At one time the NCAA rule was if a walk on sets foot in a game he is counted as a scholarship. I have assumed there had to be a slot for him etc.
My question is: Is that still a rule? I can see if it is not some schools might load up with “walk ons” who just happen to be quality players etc.
That is not the rule. But if a walk on is on academic scholarship and plays in first 2 years, there was a cost on the scholarship load. If he is not on academic aid, it does not count against the limits.
That is commonly referred as the “Nebraska rule,” because every community in Nebraska was giving huge academic based scholarships for the top 2-3 player in town to “walk on” at Nebraska. They had a huge walk-on program, sometimes 100 players. That’s why they had the biggest weight room in the country. The NCAA had to figure out how to handle an obvious attempt to fund “by an entire state” a massive walk-on program.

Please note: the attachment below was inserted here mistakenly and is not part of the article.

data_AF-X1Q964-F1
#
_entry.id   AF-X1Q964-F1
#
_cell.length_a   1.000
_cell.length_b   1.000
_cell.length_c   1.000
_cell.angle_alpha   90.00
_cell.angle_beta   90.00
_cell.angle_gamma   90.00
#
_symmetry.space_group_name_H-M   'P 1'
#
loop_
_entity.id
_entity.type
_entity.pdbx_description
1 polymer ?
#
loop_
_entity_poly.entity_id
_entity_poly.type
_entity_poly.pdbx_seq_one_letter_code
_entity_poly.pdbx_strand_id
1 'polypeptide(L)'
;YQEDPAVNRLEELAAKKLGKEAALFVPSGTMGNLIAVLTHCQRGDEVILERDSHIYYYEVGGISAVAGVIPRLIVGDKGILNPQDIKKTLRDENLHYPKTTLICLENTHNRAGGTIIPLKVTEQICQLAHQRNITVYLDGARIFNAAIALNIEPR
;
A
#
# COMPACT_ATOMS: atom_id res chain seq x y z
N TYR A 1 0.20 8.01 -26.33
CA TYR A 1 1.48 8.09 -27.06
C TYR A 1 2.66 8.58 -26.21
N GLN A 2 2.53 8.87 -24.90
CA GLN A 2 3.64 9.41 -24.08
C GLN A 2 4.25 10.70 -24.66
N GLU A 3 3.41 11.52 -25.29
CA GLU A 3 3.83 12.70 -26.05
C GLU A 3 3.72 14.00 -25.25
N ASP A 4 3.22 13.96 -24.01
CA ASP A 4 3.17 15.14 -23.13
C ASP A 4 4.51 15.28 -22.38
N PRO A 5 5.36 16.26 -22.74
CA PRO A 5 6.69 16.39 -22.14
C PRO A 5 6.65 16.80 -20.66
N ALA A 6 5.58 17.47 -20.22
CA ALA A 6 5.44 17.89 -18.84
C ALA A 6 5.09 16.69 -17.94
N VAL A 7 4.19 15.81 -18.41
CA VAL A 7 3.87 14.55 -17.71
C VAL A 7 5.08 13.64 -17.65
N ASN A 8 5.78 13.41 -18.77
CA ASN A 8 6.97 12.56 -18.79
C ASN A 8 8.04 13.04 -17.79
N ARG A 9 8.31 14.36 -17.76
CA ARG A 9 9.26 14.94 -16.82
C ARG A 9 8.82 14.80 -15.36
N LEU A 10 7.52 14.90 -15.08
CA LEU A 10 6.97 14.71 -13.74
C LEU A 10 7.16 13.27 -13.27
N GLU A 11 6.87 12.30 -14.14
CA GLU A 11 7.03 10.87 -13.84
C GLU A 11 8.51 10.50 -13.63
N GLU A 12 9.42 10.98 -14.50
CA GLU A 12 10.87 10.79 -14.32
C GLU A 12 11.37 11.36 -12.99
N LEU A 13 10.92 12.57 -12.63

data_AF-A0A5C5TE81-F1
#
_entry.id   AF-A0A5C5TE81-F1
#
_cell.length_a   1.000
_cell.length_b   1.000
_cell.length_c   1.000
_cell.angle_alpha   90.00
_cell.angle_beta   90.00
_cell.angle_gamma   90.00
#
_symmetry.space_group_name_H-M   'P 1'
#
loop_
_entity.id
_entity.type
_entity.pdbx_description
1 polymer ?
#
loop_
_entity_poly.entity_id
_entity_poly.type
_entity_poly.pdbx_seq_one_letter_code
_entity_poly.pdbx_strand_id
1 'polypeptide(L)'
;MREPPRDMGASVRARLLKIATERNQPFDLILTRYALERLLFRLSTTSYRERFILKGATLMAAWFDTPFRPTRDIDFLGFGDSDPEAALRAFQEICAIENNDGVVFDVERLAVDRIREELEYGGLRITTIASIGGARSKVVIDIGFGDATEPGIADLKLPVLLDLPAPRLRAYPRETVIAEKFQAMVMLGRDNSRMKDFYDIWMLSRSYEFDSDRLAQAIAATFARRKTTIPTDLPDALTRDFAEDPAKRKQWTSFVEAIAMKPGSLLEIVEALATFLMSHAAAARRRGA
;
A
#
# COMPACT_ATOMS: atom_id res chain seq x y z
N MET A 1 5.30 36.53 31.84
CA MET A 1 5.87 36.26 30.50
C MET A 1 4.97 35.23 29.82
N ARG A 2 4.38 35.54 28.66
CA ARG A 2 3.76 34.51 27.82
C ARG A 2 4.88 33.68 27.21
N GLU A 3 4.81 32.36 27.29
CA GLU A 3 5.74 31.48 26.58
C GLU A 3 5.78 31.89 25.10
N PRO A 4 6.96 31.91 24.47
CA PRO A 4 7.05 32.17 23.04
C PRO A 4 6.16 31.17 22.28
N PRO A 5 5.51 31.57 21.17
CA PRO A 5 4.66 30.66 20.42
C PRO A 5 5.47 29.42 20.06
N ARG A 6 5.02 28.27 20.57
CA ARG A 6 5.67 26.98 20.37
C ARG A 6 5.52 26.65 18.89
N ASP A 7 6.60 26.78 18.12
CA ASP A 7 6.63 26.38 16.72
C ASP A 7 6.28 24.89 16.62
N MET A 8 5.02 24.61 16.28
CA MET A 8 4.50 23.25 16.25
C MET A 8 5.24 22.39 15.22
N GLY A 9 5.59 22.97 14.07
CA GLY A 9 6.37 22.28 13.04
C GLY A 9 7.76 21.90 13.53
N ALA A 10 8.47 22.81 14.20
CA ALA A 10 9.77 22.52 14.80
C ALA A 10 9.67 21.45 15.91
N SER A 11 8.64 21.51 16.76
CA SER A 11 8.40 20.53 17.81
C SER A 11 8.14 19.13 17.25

Thanks Clay, I have not kept up with details lately.
Especially for kids not playing football or basketball, I wish they really understood how important this is to qualify to play college sports because of the limited number of athletic scholarships. Coaches love kids with good grades because they seem to always find money and save the few athletic scholarships on the few superstars they may be going after. Plus so many of the athletic scholarships are partial so they can combine them with academic to get close to a full ride. It may be the difference in being offered a spot on a roster
There is an exception to that Nebraska rule if the walk-on is never recruited or contacted by the school at all. Kikko Haydar was never recruited or contacted by the basketball program at FHS so he kept his academic scholarship. Which was more money than he would have gotten on a full basketball ride.
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